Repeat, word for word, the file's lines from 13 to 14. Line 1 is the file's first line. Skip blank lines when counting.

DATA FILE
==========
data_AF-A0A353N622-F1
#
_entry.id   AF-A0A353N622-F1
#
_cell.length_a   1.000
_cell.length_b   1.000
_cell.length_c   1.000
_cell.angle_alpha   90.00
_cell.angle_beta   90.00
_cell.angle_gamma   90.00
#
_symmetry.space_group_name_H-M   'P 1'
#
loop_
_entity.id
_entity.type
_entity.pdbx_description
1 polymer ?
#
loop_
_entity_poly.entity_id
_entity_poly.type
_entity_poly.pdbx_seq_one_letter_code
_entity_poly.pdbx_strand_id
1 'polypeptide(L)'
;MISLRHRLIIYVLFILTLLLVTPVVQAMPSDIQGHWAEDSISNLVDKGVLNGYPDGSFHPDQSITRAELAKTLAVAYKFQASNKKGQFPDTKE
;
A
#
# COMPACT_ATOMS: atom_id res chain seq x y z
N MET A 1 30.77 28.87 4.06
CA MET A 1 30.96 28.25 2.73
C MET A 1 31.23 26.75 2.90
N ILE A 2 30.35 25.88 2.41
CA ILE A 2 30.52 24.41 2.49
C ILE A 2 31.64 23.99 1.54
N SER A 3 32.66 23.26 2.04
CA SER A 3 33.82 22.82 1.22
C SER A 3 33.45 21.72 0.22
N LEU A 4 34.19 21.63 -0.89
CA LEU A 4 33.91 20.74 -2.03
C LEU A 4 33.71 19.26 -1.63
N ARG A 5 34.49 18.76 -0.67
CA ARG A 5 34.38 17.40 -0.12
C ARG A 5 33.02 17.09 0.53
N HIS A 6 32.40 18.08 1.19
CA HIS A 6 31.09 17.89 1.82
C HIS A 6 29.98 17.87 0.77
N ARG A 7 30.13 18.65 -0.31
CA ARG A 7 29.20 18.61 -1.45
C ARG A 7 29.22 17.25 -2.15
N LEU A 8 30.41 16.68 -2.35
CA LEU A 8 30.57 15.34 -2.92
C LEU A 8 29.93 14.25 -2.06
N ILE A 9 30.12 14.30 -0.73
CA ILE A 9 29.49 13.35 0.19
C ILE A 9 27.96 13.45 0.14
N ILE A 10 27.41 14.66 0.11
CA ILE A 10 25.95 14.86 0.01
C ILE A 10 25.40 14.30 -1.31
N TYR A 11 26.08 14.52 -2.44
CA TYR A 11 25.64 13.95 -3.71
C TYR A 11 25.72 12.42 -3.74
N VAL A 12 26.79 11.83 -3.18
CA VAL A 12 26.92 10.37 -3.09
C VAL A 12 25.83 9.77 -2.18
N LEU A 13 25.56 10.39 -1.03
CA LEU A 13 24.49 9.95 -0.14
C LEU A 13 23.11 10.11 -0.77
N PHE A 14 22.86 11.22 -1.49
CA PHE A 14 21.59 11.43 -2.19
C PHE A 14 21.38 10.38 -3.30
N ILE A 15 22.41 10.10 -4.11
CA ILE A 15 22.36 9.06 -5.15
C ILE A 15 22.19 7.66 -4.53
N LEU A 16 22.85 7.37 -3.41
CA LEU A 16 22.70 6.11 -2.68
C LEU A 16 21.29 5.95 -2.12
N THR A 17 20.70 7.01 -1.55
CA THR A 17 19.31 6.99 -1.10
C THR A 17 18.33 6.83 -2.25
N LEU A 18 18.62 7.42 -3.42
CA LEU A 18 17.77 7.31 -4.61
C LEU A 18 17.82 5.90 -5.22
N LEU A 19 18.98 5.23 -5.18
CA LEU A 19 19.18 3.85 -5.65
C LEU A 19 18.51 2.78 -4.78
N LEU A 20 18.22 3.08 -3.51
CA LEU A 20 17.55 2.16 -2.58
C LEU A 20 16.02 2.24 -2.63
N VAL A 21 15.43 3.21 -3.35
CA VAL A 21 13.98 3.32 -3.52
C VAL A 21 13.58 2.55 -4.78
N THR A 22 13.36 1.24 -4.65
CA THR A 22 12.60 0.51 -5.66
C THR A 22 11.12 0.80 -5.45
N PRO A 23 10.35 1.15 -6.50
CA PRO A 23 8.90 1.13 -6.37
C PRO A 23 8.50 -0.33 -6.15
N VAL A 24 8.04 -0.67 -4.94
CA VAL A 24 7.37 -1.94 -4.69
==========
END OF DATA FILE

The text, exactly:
#
loop_